Extinction level events

Last night I watched the Kevin Spacey film Margin Call. It’s fiction but it’s easy to believe it’s not far from the reality inside some of the large investment banks during the 2008 crash.

Avoiding spoilers — you really ought to watch this film if you haven’t — the fictional firm in the film is forced to take drastic action after it underestimates the risk to some of its biggest assets — the very real mortgage-backed securities.

In my experience, the problem is rarely that people underestimate risk. It’s that they don’t estimate it at all. At least not for those issues that might cause them serious harm.

See no evil, hear no evil

Part of the problem is visibility. Some recent big business casualties just didn’t see what was coming at all. They didn’t recognise the threat presented by ecommerce, or digital media, or global competition, or new channels of customer communication.

Part of the problem is closed-mindedness. People become experts in their own business but forget that doesn’t make them experts in what is happening outside. They dismiss events in adjacent industries as being irrelevant to the special circumstances of their own.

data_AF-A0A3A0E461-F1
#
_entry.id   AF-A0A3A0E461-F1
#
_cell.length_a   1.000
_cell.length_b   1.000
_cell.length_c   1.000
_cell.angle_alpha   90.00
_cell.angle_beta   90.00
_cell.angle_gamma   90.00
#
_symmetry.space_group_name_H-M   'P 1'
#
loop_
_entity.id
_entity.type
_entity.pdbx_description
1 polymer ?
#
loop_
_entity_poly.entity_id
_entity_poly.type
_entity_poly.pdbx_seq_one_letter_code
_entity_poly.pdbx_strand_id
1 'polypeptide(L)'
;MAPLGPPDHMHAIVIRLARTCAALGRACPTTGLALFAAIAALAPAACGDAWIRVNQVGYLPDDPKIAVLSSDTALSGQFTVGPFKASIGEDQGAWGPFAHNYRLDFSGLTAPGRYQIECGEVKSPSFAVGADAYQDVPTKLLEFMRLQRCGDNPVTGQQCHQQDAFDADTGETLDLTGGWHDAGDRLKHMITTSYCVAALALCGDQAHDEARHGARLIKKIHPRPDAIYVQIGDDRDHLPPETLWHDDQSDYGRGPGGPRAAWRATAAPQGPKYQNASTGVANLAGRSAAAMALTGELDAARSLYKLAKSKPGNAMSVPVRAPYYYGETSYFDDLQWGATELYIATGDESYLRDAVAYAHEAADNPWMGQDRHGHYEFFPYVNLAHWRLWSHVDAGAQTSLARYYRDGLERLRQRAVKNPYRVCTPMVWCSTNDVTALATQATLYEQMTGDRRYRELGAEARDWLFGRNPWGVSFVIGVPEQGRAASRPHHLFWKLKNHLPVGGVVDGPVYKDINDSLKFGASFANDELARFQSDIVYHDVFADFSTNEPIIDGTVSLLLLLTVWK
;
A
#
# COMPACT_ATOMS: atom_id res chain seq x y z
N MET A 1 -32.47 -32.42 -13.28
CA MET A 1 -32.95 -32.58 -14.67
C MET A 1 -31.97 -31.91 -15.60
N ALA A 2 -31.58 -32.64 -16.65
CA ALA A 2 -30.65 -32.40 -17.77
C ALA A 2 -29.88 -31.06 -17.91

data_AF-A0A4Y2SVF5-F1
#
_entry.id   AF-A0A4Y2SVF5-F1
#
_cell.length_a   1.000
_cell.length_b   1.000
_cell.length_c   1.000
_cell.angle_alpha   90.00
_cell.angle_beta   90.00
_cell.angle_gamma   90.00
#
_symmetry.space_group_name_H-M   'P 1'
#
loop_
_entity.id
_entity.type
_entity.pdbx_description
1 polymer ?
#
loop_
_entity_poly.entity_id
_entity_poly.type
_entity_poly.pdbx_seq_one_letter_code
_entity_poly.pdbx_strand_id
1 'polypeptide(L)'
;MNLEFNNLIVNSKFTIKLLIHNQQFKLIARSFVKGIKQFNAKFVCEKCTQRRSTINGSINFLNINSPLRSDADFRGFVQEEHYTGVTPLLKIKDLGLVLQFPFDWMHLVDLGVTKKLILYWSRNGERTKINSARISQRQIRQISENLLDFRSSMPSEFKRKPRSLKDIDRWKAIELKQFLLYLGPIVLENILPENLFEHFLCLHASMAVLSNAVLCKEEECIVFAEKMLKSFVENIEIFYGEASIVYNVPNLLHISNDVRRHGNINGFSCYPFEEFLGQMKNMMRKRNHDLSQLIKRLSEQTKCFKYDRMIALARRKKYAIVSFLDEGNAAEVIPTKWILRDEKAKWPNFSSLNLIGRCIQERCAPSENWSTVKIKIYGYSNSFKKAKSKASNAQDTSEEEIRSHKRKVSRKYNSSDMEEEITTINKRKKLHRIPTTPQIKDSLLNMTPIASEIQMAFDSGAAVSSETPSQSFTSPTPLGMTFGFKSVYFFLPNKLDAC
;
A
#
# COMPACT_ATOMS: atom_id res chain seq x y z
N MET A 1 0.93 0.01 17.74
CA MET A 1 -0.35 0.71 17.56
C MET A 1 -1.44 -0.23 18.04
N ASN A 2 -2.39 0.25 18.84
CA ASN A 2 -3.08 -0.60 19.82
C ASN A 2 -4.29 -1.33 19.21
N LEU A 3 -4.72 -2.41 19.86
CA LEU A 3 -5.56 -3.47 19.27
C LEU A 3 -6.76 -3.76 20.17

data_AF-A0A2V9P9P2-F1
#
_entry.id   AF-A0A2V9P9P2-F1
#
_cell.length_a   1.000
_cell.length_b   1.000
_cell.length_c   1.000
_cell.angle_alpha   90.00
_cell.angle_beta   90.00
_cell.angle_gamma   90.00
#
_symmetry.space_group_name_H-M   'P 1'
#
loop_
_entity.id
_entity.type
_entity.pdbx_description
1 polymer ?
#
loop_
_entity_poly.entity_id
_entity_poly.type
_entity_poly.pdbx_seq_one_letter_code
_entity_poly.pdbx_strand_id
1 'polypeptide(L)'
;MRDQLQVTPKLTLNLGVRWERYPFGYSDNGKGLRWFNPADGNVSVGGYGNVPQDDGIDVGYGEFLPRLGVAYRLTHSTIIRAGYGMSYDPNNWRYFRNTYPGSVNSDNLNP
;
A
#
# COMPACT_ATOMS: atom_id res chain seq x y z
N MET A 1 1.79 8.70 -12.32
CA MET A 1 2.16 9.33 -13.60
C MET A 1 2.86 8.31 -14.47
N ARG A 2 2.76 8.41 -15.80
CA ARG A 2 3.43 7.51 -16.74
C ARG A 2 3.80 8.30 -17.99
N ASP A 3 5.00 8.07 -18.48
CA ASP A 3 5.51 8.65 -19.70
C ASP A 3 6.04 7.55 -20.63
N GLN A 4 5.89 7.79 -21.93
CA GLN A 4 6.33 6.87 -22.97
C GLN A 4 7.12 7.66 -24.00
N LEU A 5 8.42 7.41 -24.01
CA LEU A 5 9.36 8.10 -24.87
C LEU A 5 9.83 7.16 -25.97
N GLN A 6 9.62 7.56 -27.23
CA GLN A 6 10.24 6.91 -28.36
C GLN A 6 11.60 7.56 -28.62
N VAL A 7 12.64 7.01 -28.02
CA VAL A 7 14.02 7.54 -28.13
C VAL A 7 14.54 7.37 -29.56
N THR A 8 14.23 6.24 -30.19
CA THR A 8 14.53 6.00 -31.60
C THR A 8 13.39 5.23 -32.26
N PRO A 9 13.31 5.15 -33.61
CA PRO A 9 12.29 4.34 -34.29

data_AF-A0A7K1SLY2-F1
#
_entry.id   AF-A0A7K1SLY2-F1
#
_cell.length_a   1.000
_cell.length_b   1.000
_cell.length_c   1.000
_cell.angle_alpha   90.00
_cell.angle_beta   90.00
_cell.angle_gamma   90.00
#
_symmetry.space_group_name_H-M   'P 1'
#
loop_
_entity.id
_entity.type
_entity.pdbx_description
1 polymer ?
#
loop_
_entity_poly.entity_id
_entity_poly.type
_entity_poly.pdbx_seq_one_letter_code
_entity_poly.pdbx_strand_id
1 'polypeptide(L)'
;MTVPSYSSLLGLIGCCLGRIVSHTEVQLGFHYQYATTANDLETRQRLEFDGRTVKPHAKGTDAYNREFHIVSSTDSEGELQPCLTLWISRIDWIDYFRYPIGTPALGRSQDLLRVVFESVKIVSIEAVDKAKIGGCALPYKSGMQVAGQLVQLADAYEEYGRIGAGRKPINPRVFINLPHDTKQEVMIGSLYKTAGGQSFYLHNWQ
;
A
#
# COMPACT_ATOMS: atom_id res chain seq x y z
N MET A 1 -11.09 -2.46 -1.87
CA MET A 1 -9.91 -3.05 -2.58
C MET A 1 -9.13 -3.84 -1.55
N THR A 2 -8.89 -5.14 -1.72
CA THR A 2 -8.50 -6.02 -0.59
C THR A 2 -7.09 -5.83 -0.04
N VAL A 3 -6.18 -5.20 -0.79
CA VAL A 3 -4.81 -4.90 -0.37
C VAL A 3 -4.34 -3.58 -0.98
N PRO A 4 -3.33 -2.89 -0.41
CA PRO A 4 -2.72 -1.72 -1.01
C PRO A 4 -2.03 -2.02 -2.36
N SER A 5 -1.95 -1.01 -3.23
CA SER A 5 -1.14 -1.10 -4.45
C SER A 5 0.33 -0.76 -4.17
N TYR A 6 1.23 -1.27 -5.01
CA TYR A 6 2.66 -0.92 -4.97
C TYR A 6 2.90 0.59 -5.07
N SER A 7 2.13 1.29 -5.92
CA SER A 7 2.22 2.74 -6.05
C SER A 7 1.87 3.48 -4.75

Yet, all too often, the external challenges if unmet, are much greater than any internal strength.

Process over talent

This is not a personality fault of any individual. Visionary leaders who can keep one eye on the business and one on the breadth of external factors are extraordinarily rare.

But it is the fault of the leader if they fail to put in place processes to address this inherent weakness that most of us share.

Now, more than ever.

Because in an age of accelerated change these extinction level events come ever faster, driven by, or at the least, conducted by, technology. It doesn’t have to be an asteroid hitting earth to wipe out companies and even whole industries. Or its business equivalent, the 2008 crash. High frequency change means there are constant small shocks, each one great enough to collapse the unprepared.

Every organisation above a certain size should have a formalised process for scanning the near horizon and identifying threats. Every large organisation should be actively considering its fitness to react in the case that an extinction level event appears on the horizon.

Yet still, so few do.

This post forms part of my Blogs series. For more posts on this subject, visit the Blogs page.

Tom Cheesewright


Futurist speaker Tom Cheesewright is one of the UK's leading commentators on technology and tomorrow. Tom has worked with a huge range of organisations across a variety of markets, to help them to see a clear vision of tomorrow, share that vision and respond with agility. Tom draws on his experience to create original, compelling talks that are keyed to the experience of the audience but which surprise and shock with unexpected facts and examples.

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Tom Cheesewright